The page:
Sun S, Lee H, Yim HW, Won HS, Ko YH. The impact of sarcopenia on health-related quality of life in elderly people: Korean National Health and nutrition examination survey. Korean J Intern Med. 2019;34(4):877–84. https://doi.org/10.3904/kjim.2017.182.
Newman AB, Kritchevsky SB, Guralnik JM, Cummings SR, Salive M, Kuchel GA, et al. Accelerating the search for interventions aimed at expanding the health span in humans: the role of epidemiology. J Gerontol A Biol Sci Med Sci. 2020;75(1):77–86. https://doi.org/10.1093/gerona/glz230.
Dumurgier J, Elbaz A, Ducimetiere P, Tavernier B, Alperovitch A, Tzourio C. Slow walking speed and cardiovascular death in well functioning older adults: prospective cohort study. BMJ. 2009;339(nov10 2):b4460. https://doi.org/10.1136/bmj.b4460.
Newman AB, Kupelian V, Visser M, Simonsick EM, Goodpaster BH, Kritchevsky SB, et al. Strength, but not muscle mass, is associated with mortality in the health, aging and body composition study cohort. J Gerontol A Biol Sci Med Sci. 2006;61(1):72–7. https://doi.org/10.1093/gerona/61.1.72.
Volpato S, Bianchi L, Cherubini A, Landi F, Maggio M, Savino E, et al. Prevalence and clinical correlates of sarcopenia in community-dwelling older people: application of the EWGSOP definition and diagnostic algorithm. J Gerontol A Biol Sci Med Sci. 2014;69(4):438–46. https://doi.org/10.1093/gerona/glt149.
Fried LP, Rowe JW. Health in aging - past, present, and future. N Engl J Med. 2020;383(14):1293–6. https://doi.org/10.1056/NEJMp2016814.
Ikeda N, Nishi N, Miyachi M. Effects of behavioral counseling on cardiometabolic biomarkers: a longitudinal analysis of the Japanese national database. Prev Med. 2018;113:116–21. https://doi.org/10.1016/j.ypmed.2018.05.016.
This study was conducted jointly by Settsu City and Hannan City, Osaka Prefecture, and the National Institute of Health and Nutrition, as part of the “Health Disparity Resolution Program Promotion Project (Frailty) in Osaka Prefecture.” We acknowledge several administrators of Settsu and Hannan Cities and Osaka Prefecture. We wish to express our gratitude to all of the participants for their cooperation in this study. We would like to thank Editage (www.editage.jp) for English-language editing.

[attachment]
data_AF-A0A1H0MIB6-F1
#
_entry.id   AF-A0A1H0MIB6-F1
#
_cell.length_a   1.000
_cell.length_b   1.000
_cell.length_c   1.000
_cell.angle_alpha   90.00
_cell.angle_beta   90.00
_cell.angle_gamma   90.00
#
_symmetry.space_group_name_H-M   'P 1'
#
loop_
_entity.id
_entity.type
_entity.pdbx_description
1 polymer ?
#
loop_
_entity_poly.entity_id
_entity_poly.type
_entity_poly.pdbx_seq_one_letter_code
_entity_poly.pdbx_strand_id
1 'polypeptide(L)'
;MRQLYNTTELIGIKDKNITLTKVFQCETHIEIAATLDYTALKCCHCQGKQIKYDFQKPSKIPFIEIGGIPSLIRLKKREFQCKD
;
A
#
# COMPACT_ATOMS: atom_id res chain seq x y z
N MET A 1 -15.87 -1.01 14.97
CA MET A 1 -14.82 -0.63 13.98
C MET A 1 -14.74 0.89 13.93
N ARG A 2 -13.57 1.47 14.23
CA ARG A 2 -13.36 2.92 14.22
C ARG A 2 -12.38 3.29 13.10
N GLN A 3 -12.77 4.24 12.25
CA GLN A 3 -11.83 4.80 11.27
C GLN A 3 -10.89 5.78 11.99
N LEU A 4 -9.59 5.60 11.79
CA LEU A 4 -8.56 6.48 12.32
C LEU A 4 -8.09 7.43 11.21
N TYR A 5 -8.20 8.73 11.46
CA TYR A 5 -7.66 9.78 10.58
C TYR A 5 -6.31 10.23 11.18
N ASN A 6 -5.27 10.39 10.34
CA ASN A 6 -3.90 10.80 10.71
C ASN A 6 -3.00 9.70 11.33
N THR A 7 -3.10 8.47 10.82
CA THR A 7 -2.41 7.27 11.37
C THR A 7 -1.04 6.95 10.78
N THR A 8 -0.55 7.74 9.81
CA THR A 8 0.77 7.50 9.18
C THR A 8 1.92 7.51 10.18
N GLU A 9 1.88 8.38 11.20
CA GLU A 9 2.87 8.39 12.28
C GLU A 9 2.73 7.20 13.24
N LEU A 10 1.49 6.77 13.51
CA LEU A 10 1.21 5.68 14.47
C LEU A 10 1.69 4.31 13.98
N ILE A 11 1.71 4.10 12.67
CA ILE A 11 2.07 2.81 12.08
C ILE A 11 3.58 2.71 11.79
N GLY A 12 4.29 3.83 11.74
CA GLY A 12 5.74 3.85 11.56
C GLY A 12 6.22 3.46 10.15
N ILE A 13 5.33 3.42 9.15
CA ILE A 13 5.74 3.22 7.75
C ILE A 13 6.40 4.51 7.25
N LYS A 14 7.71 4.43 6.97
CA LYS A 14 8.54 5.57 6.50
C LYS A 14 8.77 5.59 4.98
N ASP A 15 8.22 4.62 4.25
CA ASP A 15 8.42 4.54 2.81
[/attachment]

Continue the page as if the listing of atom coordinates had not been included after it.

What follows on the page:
This study was carried out by a contract project cost from Division of the Health Promotion, Department of Health and Medical, Osaka Prefecture.
Ethics approval and consent to participate
The need for ethical approval of mail survey was waived by the Research Ethics Committee of the National Institutes of Biomedical Innovation, Health and Nutrition. Ethical approval of the face-to-face survey was obtained from the Research Ethics Committee of the National Institutes of Biomedical Innovation, Health and Nutrition (Ikikenhatsu-178-1) and participants gave written informed consent at the beginning of the survey.
Consent for publication
The authors declare that they have no competing interests.
Springer Nature remains neutral with regard to jurisdictional claims in published maps and institutional affiliations.
Comparison of residents characteristics of complete or missing case in this study. Table S2. Distribution of height and body composition according to finger-circle test in face to face survey. Table S3. Sensitivity analysis of prevalence of and factors associated with sarcopenia using complete case data.
About this article
Cite this article
Watanabe, D., Yoshida, T., Nakagata, T. et al. Factors associated with sarcopenia screened by finger-circle test among middle-aged and older adults: a population-based multisite cross-sectional survey in Japan. BMC Public Health 21, 798 (2021). https://doi.org/10.1186/s12889-021-10844-3
- Random cluster sampling
- Middle-aged and older adults
- Finger-circle (yubi-wakka) test
- Multisite cross-sectional survey